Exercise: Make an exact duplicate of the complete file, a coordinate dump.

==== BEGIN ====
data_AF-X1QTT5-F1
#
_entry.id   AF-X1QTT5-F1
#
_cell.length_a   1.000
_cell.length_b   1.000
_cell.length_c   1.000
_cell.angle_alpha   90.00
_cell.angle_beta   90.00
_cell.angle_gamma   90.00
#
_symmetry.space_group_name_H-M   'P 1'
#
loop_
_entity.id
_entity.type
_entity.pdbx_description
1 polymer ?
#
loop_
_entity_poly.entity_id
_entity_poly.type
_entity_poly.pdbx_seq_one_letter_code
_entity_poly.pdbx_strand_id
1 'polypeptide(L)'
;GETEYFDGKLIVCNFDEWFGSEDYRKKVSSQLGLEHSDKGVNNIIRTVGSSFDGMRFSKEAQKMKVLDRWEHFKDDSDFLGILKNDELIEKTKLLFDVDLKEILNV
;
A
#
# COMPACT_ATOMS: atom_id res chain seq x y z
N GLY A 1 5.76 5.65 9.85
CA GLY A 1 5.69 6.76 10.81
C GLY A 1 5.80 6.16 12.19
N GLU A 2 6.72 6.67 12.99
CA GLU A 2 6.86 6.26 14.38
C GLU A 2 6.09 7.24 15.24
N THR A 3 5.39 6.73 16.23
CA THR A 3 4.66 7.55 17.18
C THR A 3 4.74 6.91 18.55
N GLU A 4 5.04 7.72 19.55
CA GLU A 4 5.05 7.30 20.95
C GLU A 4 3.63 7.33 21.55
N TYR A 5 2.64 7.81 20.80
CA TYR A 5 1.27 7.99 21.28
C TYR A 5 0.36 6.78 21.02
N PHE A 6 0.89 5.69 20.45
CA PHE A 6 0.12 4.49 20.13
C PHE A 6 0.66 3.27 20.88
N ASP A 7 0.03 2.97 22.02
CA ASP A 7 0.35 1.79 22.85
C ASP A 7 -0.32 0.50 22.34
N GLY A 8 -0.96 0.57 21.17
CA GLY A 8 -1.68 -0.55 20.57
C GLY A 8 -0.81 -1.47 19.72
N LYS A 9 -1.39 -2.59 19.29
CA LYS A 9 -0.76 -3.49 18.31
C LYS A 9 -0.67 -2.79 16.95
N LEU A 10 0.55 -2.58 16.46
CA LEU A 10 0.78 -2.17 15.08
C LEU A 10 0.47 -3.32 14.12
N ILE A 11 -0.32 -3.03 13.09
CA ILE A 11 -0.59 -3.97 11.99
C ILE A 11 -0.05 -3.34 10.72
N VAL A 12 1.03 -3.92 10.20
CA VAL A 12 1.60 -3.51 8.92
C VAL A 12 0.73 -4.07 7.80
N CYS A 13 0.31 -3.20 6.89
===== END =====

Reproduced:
data_AF-X1QTT5-F1
#
_entry.id   AF-X1QTT5-F1
#
_cell.length_a   1.000
_cell.length_b   1.000
_cell.length_c   1.000
_cell.angle_alpha   90.00
_cell.angle_beta   90.00
_cell.angle_gamma   90.00
#
_symmetry.space_group_name_H-M   'P 1'
#
loop_
_entity.id
_entity.type
_entity.pdbx_description
1 polymer ?
#
loop_
_entity_poly.entity_id
_entity_poly.type
_entity_poly.pdbx_seq_one_letter_code
_entity_poly.pdbx_strand_id
1 'polypeptide(L)'
;GETEYFDGKLIVCNFDEWFGSEDYRKKVSSQLGLEHSDKGVNNIIRTVGSSFDGMRFSKEAQKMKVLDRWEHFKDDSDFLGILKNDELIEKTKLLFDVDLKEILNV
;
A
#
# COMPACT_ATOMS: atom_id res chain seq x y z
N GLY A 1 5.76 5.65 9.85
CA GLY A 1 5.69 6.76 10.81
C GLY A 1 5.80 6.16 12.19
N GLU A 2 6.72 6.67 12.99
CA GLU A 2 6.86 6.26 14.38
C GLU A 2 6.09 7.24 15.24
N THR A 3 5.39 6.73 16.23
CA THR A 3 4.66 7.55 17.18
C THR A 3 4.74 6.91 18.55
N GLU A 4 5.04 7.72 19.55
CA GLU A 4 5.05 7.30 20.95
C GLU A 4 3.63 7.33 21.55
N TYR A 5 2.64 7.81 20.80
CA TYR A 5 1.27 7.99 21.28
C TYR A 5 0.36 6.78 21.02
N PHE A 6 0.89 5.69 20.45
CA PHE A 6 0.12 4.49 20.13
C PHE A 6 0.66 3.27 20.88
N ASP A 7 0.03 2.97 22.02
CA ASP A 7 0.35 1.79 22.85
C ASP A 7 -0.32 0.50 22.34
N GLY A 8 -0.96 0.57 21.17
CA GLY A 8 -1.68 -0.55 20.57
C GLY A 8 -0.81 -1.47 19.72
N LYS A 9 -1.39 -2.59 19.29
CA LYS A 9 -0.76 -3.49 18.31
C LYS A 9 -0.67 -2.79 16.95
N LEU A 10 0.55 -2.58 16.46
CA LEU A 10 0.78 -2.17 15.08
C LEU A 10 0.47 -3.32 14.12
N ILE A 11 -0.32 -3.03 13.09
CA ILE A 11 -0.59 -3.97 11.99
C ILE A 11 -0.05 -3.34 10.72
N VAL A 12 1.03 -3.92 10.20
CA VAL A 12 1.60 -3.51 8.92
C VAL A 12 0.73 -4.07 7.80
N CYS A 13 0.31 -3.20 6.89